Horsemeat Still Showing up in EU Beef
April 17, 2013 06:13 AM - EurActiv
Up to 5% of European Union products labelled as beef contain horsemeat, according to results published by the European Commission yesterday (16 April). The results came after eight weeks of DNA testing on more than 4,000 beefs products, of which 193 were positive for horse. The Commission also found that 0.5% of the 3,000 tested horse carcasses contained traces of phenylbutazone, a potentially harmful drug which is banned from entering the human food chain, known as bute.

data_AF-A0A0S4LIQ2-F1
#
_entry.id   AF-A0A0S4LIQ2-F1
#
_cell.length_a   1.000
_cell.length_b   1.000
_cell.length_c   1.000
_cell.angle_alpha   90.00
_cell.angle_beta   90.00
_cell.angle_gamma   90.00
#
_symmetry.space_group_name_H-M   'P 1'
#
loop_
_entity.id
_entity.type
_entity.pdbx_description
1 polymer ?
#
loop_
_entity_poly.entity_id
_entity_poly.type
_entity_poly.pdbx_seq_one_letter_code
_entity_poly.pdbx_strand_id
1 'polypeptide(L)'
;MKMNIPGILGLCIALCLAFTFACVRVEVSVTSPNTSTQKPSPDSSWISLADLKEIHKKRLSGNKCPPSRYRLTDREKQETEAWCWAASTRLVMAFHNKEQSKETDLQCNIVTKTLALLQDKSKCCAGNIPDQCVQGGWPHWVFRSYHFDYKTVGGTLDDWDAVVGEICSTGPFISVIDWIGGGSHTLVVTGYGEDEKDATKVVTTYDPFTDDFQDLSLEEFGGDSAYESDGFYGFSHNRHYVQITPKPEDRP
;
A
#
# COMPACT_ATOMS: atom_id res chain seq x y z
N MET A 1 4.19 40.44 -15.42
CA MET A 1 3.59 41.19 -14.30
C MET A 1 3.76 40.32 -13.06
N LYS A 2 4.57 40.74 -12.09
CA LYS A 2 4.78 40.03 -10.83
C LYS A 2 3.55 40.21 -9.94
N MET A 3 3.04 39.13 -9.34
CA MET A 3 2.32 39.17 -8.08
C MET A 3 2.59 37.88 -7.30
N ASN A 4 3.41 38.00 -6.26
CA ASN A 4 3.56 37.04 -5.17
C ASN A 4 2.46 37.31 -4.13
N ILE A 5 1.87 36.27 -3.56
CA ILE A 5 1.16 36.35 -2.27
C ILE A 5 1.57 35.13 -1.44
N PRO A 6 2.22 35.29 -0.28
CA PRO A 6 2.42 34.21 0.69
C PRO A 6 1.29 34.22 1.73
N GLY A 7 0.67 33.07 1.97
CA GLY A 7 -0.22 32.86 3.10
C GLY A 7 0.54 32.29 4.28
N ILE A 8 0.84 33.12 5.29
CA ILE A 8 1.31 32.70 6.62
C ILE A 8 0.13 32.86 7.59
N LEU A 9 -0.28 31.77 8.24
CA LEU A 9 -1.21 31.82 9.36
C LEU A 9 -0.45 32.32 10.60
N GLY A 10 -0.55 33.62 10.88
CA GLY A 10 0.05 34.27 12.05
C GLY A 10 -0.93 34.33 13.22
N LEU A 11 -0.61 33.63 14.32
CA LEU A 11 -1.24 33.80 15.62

Fungi Found to be Culprit for Horseradish Root Rot
April 16, 2013 05:55 AM - Allison Winter, ENN
Horseradish grown in the Midwest of the United States has been experiencing significant yield reductions for the past 30 years due to internal discoloring and root rot. According to crop science professor Mohammad Babadoost at the University of Illinois, "If the roots are discolored, they are not accepted for processing." This affects the success of these plants and the livelihood of Illinois farmers who grown over half of the horseradish produced in the United States.